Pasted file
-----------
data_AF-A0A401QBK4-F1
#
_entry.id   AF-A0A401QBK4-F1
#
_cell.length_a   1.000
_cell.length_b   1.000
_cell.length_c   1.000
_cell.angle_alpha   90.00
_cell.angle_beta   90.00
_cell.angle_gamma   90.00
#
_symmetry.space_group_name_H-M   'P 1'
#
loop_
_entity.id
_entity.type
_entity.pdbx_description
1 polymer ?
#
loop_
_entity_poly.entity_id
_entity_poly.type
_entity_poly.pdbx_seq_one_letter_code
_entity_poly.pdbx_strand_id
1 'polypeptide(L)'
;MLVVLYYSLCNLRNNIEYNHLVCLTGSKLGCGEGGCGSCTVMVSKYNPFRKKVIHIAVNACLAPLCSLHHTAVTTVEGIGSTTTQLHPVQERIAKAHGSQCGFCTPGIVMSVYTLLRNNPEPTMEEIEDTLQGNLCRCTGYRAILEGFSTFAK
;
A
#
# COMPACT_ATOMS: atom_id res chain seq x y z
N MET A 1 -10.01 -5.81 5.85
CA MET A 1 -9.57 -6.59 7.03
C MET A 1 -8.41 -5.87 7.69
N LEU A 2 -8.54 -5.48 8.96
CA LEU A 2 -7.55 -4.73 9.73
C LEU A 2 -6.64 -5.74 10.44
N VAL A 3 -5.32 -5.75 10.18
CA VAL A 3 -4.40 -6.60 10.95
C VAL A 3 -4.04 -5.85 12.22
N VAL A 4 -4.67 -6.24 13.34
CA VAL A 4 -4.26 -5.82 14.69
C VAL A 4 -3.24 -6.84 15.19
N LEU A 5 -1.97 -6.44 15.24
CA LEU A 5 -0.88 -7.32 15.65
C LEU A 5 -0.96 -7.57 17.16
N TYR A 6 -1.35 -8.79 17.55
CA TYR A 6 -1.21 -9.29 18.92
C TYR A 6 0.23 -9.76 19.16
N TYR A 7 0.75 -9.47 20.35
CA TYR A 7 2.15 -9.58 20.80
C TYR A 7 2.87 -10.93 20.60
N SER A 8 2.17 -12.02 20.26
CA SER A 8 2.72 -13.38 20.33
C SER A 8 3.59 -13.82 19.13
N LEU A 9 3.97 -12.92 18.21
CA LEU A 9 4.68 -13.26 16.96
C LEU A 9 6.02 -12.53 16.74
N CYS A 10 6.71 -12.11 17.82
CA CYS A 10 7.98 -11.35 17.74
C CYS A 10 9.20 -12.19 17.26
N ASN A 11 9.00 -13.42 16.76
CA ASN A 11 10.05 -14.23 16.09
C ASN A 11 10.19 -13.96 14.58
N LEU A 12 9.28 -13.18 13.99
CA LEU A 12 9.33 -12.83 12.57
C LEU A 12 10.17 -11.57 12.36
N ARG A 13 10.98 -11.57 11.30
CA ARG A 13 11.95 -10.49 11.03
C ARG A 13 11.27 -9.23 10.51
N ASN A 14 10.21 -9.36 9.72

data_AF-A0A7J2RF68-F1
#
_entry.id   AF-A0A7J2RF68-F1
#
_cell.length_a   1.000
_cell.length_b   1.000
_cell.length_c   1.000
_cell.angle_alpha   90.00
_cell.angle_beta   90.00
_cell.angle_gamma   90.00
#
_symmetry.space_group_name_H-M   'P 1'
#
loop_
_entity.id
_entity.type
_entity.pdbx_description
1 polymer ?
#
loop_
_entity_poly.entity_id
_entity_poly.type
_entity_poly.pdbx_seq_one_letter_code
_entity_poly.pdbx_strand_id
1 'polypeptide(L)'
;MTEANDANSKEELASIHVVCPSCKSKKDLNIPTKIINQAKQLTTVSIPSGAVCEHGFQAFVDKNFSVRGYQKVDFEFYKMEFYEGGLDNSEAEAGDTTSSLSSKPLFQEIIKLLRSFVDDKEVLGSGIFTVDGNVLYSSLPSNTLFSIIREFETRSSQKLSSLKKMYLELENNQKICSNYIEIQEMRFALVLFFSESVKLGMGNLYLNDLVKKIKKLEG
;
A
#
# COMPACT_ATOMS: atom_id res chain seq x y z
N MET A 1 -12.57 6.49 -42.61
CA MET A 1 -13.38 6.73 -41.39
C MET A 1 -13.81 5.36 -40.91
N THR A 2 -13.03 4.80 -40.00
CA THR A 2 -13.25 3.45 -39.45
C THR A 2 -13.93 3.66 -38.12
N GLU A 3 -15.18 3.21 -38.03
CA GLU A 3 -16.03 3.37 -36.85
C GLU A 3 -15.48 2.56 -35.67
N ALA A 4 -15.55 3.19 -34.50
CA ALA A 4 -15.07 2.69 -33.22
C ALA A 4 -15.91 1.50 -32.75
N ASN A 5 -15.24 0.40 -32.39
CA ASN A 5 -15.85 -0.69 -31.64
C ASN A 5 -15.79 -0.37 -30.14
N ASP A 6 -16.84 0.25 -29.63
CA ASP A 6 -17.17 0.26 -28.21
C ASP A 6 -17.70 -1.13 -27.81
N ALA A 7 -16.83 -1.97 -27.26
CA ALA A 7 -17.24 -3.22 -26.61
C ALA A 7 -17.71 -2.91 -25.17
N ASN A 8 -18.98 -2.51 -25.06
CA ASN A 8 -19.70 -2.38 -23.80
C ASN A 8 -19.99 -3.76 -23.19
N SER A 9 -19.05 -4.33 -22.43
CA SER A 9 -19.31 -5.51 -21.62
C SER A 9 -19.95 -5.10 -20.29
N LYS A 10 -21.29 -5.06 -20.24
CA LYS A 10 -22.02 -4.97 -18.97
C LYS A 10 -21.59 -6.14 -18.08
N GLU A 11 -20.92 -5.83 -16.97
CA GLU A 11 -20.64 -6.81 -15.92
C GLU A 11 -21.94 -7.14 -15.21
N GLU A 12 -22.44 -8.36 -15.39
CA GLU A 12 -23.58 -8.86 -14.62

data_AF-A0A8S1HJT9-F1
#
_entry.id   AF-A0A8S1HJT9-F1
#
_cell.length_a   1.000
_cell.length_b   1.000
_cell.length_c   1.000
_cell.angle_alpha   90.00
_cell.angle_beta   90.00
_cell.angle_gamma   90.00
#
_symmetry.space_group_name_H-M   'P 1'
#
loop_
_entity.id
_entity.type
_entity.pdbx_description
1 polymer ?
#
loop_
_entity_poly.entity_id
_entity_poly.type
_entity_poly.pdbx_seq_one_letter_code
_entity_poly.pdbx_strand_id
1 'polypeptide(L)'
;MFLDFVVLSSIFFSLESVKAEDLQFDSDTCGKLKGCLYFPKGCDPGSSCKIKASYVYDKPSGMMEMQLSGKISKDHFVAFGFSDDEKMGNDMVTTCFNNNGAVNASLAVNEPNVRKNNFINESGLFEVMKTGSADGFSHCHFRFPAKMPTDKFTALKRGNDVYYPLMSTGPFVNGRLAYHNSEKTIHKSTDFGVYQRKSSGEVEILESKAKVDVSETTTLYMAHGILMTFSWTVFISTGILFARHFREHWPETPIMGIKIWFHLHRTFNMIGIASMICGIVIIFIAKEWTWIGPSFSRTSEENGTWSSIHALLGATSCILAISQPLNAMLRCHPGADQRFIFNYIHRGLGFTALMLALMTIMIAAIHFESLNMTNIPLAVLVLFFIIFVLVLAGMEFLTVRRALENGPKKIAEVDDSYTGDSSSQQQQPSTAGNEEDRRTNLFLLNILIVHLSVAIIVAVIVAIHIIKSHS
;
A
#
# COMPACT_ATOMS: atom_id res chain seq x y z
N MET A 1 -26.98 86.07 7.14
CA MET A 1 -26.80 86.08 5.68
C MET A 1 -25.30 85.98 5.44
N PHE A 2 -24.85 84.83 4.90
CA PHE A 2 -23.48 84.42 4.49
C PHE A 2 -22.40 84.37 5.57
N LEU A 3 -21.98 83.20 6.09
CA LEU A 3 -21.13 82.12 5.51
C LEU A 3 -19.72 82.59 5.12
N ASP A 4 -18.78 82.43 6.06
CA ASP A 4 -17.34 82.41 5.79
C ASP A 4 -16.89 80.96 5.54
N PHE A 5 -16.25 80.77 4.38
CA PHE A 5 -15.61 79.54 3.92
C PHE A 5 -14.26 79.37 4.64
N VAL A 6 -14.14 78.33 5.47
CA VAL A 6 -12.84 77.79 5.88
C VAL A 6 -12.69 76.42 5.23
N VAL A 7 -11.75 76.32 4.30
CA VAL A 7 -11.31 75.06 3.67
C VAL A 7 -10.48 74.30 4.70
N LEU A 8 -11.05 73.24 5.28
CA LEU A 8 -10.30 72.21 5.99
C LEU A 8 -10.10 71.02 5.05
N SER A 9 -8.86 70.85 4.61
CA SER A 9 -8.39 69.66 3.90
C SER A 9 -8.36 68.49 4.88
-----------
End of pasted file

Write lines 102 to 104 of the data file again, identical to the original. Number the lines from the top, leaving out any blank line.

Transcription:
CA MET A 1 -13.38 6.73 -41.39
C MET A 1 -13.81 5.36 -40.91
N THR A 2 -13.03 4.80 -40.00